FOR XML Basics (RAW Mode): 1 of 4

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Introduction

A while ago, I was given a task to generate an XML file from database using stored procedure and was given a stored procedure as reference. The reference stored procedure fetched data into a cursor and then processed each record and created XML elements by appending string literals and then returned the generated string “XML”. After looking at that stored procedure, I thought to myself there must be a better way to do this and there was. Using FOR XML clause, one can return table records as XML data. After learning about it, I decided to write an article about it.

Article Series Roadmap

This is article 1 of a 4 part series. Other articles are listed below:

  • FOR XML Basics (RAW Mode): 1 of 4
  • FOR XML Basics (AUTO Mode): 2 of 4
  • FOR XML Basics (EXPLICIT Mode): 3 of 4
  • FOR XML Basics (PATH Mode): 4 of 4

Contents

Background

Basic understanding of SQL Joins is required to follow along.

Using the code

The article below will use the following database. You can copy/paste the following code to follow along or create your own database and tweak the queries.

Create database as shown below:

CREATE DATABASE FOR_XML_TUTORIAL;

Execute the below statements to create CUSTOMER and ORDER tables and populate it with data.

USE [FOR_XML_TUTORIAL]; CREATE TABLE [CUSTOMER] ( CUSTOMER_ID INT PRIMARY KEY NOT NULL, FIRST_NAME VARCHAR(25) NOT NULL, LAST_NAME VARCHAR(25) NOT NULL, POSTAL_CODE VARCHAR(2) NOT NULL, ); CREATE TABLE [ORDER] ( ORDER_ID INT PRIMARY KEY NOT NULL, CUSTOMER_ID INT NOT NULL REFERENCES CUSTOMER(CUSTOMER_ID), TOTAL_ITEMS INT NOT NULL, TOTAL_AMOUNT NUMERIC(18,2) NOT NULL ); INSERT INTO CUSTOMER VALUES (1, 'John', 'Michaels', 'TX'); INSERT INTO CUSTOMER VALUES (2, 'Shawn', 'Cena', 'MA'); INSERT INTO CUSTOMER VALUES (3, 'Dwayne', 'Austin', 'TX'); INSERT INTO CUSTOMER VALUES (4, 'Steve', 'Johnson', 'FL'); INSERT INTO [ORDER] VALUES (1, 1, 5, 32.50); INSERT INTO [ORDER] VALUES (2, 1, 2, 21.36); INSERT INTO [ORDER] VALUES (3, 2, 7, 59.00); INSERT INTO [ORDER] VALUES (4, 3, 2, 18.24); INSERT INTO [ORDER] VALUES (5, 4, 3, 30.00); INSERT INTO [ORDER] VALUES (6, 4, 6, 66.00);

FOR XML Modes

When using FOR XML clause, a mode must be specified which returns XML accordingly. Following is a list of available modes:

  • RAW
  • AUTO
  • EXPLICIT
  • PATH

RAW Mode

We will be using the below query to return customer information along with orders.

SELECT C.FIRST_NAME, C.LAST_NAME, C.POSTAL_CODE, O.ORDER_ID, O.TOTAL_ITEMS, O.TOTAL_AMOUNT FROM [CUSTOMER] C INNER JOIN [ORDER] O ON C.CUSTOMER_ID = O.CUSTOMER_ID

The query returns.

query data

To return XML data in RAW mode, simply append FOR XML RAW in the above query.

SELECT C.FIRST_NAME, C.LAST_NAME, C.POSTAL_CODE, O.ORDER_ID, O.TOTAL_ITEMS, O.TOTAL_AMOUNT FROM [CUSTOMER] C INNER JOIN [ORDER] O ON C.CUSTOMER_ID = O.CUSTOMER_ID FOR XML RAW

The above query returns:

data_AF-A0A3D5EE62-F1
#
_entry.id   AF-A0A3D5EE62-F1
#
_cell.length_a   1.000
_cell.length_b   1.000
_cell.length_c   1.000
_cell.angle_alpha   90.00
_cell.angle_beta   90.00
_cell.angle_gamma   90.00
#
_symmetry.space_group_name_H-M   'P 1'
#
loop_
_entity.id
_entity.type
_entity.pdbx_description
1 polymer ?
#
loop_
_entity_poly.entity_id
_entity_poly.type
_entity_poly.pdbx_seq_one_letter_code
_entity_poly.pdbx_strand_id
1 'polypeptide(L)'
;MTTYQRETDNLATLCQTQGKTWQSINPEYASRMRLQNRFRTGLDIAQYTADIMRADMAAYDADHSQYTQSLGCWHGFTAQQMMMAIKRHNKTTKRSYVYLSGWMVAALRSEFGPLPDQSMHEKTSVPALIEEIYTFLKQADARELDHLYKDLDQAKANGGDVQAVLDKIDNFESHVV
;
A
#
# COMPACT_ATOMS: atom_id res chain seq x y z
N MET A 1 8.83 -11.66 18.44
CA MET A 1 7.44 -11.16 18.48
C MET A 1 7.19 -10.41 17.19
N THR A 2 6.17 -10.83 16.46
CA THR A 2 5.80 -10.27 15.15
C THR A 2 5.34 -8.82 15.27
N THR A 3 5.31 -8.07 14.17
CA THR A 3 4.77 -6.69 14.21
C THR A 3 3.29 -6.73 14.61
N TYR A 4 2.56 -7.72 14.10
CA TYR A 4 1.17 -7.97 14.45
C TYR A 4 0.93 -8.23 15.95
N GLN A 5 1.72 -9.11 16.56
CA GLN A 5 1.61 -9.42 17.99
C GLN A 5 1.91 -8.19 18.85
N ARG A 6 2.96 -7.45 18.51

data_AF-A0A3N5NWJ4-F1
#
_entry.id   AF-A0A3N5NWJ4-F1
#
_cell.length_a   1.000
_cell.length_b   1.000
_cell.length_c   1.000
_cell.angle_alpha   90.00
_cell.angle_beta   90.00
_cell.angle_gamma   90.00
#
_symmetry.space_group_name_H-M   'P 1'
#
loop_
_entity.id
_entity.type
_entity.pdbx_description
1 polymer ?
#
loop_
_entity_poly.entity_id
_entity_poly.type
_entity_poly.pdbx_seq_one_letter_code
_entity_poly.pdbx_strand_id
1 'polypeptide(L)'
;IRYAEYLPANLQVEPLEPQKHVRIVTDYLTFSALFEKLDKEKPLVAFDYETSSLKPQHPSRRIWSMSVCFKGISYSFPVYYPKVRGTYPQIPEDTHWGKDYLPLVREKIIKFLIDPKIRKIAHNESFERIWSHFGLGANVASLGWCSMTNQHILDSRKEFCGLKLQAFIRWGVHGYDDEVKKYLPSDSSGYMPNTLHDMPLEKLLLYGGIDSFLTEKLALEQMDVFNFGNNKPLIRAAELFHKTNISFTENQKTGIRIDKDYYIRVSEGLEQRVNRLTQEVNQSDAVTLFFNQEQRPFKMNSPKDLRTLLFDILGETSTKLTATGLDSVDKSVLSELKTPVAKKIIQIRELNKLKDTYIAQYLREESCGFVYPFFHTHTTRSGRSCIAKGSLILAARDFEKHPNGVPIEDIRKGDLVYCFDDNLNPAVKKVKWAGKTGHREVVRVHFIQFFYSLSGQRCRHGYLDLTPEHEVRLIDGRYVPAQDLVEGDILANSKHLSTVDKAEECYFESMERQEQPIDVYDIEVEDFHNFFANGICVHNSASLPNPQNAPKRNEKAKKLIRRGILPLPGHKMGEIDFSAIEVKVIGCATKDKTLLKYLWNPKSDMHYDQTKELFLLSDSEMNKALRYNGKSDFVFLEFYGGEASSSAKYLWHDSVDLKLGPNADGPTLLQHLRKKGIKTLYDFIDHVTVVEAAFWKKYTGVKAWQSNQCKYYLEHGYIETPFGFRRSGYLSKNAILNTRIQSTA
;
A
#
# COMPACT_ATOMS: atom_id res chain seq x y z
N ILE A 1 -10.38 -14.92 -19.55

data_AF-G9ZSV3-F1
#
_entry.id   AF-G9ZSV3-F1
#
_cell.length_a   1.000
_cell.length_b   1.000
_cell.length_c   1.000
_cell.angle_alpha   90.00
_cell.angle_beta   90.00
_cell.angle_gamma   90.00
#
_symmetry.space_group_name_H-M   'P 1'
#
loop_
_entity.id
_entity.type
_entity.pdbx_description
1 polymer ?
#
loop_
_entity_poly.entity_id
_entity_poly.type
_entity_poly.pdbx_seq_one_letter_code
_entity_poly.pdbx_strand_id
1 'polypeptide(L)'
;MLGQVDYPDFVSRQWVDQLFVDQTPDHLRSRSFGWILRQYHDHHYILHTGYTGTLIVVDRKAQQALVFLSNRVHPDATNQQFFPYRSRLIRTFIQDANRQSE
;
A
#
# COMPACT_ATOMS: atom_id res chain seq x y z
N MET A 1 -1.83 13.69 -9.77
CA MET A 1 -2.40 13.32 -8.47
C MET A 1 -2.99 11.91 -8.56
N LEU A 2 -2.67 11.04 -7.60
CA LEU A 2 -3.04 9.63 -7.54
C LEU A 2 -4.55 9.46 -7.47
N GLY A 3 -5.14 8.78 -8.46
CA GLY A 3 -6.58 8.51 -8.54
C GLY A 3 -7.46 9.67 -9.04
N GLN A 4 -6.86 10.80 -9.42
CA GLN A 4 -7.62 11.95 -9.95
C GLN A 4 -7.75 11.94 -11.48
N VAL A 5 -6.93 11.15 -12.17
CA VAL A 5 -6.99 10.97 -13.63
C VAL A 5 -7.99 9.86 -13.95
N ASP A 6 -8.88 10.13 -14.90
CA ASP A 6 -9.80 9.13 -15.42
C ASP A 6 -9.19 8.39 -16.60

As you can see, each record returned by the query was converted to an XML element “row” and columns into attributes with attribute values set to values returned by query.

To change the element name, append the desired element name after RAW keyword as below:

SELECT C.FIRST_NAME, C.LAST_NAME, C.POSTAL_CODE, O.ORDER_ID, O.TOTAL_ITEMS, O.TOTAL_AMOUNT FROM [CUSTOMER] C INNER JOIN [ORDER] O ON C.CUSTOMER_ID = O.CUSTOMER_ID FOR XML RAW('Customer')

The above query returns:

This changed each element’s name from row to Customer.

To change attribute’s name, simply provide alias to columns as below:

SELECT C.FIRST_NAME AS 'FirstName', C.LAST_NAME AS 'LastName', C.POSTAL_CODE AS 'PostalCode', O.ORDER_ID AS 'OrderId', O.TOTAL_ITEMS AS 'Items', O.TOTAL_AMOUNT AS 'Amount' FROM [CUSTOMER] C INNER JOIN [ORDER] O ON C.CUSTOMER_ID = O.CUSTOMER_ID FOR XML RAW('Customer')

The above query returns data with new attribute names:

To nest each element inside a root element, append ROOT keyword as below:

SELECT C.FIRST_NAME AS 'FirstName', C.LAST_NAME AS 'LastName', C.POSTAL_CODE AS 'PostalCode', O.ORDER_ID AS 'OrderId', O.TOTAL_ITEMS AS 'Items', O.TOTAL_AMOUNT AS 'Amount' FROM [CUSTOMER] C INNER JOIN [ORDER] O ON C.CUSTOMER_ID = O.CUSTOMER_ID FOR XML RAW('Customer'), ROOT

The data returned is now nested inside a parent element named “root“.

To change root element’s name, append the desired name after ROOT keyword as below:

SELECT C.FIRST_NAME AS 'FirstName', C.LAST_NAME AS 'LastName', C.POSTAL_CODE AS 'PostalCode', O.ORDER_ID AS 'OrderId', O.TOTAL_ITEMS AS 'Items', O.TOTAL_AMOUNT AS 'Amount' FROM [CUSTOMER] C INNER JOIN [ORDER] O ON C.CUSTOMER_ID = O.CUSTOMER_ID FOR XML RAW('Customer'), ROOT('Customers')

The above query returns data with root element’s name changed to “Customers“.

Till now, all the queries we executed returned XML data in a format in which each column was converted to an attribute. To change this format and return XML in which each column is mapped to its own element, append ELEMENTS keyword as below:

SELECT C.FIRST_NAME AS 'FirstName', C.LAST_NAME AS 'LastName', C.POSTAL_CODE AS 'PostalCode', O.ORDER_ID AS 'OrderId', O.TOTAL_ITEMS AS 'Items', O.TOTAL_AMOUNT AS 'Amount' FROM [CUSTOMER] C INNER JOIN [ORDER] O ON C.CUSTOMER_ID = O.CUSTOMER_ID FOR XML RAW('Customer'), ROOT('Customers'), ELEMENTS

Now each record’s attribute is converted into an element with its name set to its alias and value set to the value returned by query.

Note: I reduced the number of rows to make the below image smaller:

Wrapping Up

That is all for RAW mode in FOR XML clause. In the next article, we will learn about AUTO mode.

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